In our efforts to understand phenomena such as torture and genocide, it is important to stress the role played by input variables that are both distal and proximate. Distal variables are ones that are part of the perpetrators’ social background over a long period of time, which will influence their readiness to behave violently (Anderson & Bushman, 2002; Anderson & Carnagey, 2004). Distal factors that are most salient for our purposes include cultural norms that support violence, group conflicts, difficult life conditions, deprivation, diffusion of responsibility, lack of bystander intervention in violent encounters, exposure to violent media and propaganda, and past victimization experiences (Anderson & Carnagey, 2004). Proximate risk factors include those situational and individual variables that are present in the current social episode. Proximate situational variables that are salient for our present purposes include the presence of social stressors, physical and verbal threats, media violence, the presence of weapons, and pain and discomfort. Proximate individual variables include trait aggressiveness, attitudes toward violence, acceptance of cultural stereotypes, self-efficacy beliefs about violent behavior, and aggressive and violent behavioral scripts stored in long-term memory.
Distal Causes of Torture and Genocide
     1.) Cultural norms. In examining distal precursors to torture, we must certainly include cultural norms that support violence. For example, there is little doubt that prior to the Abu Ghraib torture scandal, the United States showed widespread societal acceptance of excessive military force and torture (Chomsky, 2004; Churchill, 2003; Zinn, 1995). America’s history is replete with violent lynchings and genocide domestically and excessive violence internationally (see, e.g., Churchill, 2003; Friedberg, 2000; Graham & Gurr, 1979; Zinn, 1995) along with a pattern of bending – if not outright breaking Constitutional and international laws and treaties in order to carry out said violence (Churchill, 2003). In fact, for a “nation of peace” hardly a year has gone by in which there hasn’t been at least some military action carried out either domestically or internationally (Churchill, 2003). That history is coupled with a sort of cultural myopia – sometimes referred to as “American exceptionalism” (see Churchill, 2003) – in which America’s treatment of others in the developing world is perceived to be based on the most noble of intentions and in which human rights abuses, when they do occur, are looked at as merely isolated exceptions contrary to otherwise “benign” policies and practices (Chomsky, 2004; Churchill, 2003). Add to that a tendency to consider those belonging to nations in the developing world as “children” in need of discipline – a metaphor that appears often in the spoken and written words of many of America’s political and military leaders, both past and present (Chomsky, 2004; see also Lakoff, 2002 for a detailed treatment of the metaphor underlying this view). From such a vantage point, it is perhaps quite unsurprising that human rights abuses, such as those at Abu Ghraib, occur routinely as the culture of the military system (itself a microcosm of the nation it serves) invites soldiers to perceive themselves as “strict fathers” providing stern discipline to “wayward children” (Lakoff, 2002).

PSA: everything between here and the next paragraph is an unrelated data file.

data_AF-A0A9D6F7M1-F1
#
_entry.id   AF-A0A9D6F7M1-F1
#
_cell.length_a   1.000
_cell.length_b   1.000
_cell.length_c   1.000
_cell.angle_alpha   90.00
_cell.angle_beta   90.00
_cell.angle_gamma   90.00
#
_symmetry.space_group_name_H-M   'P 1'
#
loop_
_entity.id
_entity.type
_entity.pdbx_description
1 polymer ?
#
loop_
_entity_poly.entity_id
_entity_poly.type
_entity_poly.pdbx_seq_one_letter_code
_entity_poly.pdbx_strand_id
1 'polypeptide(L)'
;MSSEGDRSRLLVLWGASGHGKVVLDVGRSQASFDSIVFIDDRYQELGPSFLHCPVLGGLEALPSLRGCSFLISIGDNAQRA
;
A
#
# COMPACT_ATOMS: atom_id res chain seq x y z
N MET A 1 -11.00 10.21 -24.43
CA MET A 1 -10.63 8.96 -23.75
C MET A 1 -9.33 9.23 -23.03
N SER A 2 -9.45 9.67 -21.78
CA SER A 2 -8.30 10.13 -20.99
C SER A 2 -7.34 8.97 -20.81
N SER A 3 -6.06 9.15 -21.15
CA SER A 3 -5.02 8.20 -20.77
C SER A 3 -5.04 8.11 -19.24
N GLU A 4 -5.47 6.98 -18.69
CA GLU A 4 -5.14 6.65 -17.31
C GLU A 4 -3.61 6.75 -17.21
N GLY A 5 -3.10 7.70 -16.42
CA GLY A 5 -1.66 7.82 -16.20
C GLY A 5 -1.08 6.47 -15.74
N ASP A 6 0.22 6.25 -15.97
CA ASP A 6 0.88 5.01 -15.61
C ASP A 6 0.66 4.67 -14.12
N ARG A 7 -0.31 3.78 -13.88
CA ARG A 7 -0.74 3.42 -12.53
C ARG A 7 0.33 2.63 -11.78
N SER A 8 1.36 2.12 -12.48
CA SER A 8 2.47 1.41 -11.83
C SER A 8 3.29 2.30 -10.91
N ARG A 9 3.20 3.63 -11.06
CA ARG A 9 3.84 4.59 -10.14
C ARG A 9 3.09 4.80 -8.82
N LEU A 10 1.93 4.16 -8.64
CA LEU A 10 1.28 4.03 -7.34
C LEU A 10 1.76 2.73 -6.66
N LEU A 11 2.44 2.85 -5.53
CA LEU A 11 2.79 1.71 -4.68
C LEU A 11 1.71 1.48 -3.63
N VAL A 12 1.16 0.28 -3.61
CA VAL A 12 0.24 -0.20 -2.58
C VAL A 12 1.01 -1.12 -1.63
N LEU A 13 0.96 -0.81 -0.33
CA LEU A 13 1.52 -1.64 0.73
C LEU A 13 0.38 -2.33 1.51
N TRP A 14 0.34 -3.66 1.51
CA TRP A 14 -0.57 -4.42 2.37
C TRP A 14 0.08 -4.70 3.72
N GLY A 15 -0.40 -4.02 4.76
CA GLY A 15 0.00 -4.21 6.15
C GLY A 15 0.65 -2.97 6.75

2.) Violent media and propaganda. As part of the cultural Zeitgeist in states that sanction torture, we will find evidence of widespread exposure to propaganda designed to demonize and dehumanize the victims. In the United States, for example, Muslims have been portrayed in the mass media for decades as backward savages who have no respect for international law and who pose a threat to Western civilization. The Greek torturers studied by Haritos-Fatouros (2003) had certainly been exposed to various forms of anti-communist and university student propaganda prior to joining the Greek military. Individuals exposed to media violence become more prone to behave violently due to two factors. First, exposure to media violence (e.g., films, video games, music, literature) is linked to increased levels of aggressive behavior in both lab experiments and field studies. Longitudinal research also shows that the effects of media violence exposure can linger for decades. Huesmann (1998) contends that exposure to media violence leads to the storage of violent behavioral scripts in long-term memory which may be invoked at a later time. The more exposure that individuals have to media violence, the more they rehearse those behavioral scripts, thus making those behavioral scripts increasingly automatic. Second, exposure to media violence serves to desensitize individuals to violence. Individuals become less likely to notice violent behavior and less likely to intervene if they do notice.
Proximate Causes of Torture and Genocide
     In discussing torturers’ “obedience to the authority of violence,” Haritos-Fatouros (2003; see also, Huggins, Haritos-Fatouros, & Zimbardo, 2002; Zimbardo, 2004) outlines a number of proximate causes designed to increase compliance and bonding with those in authority as well as with peers, and to reduce stress and strain.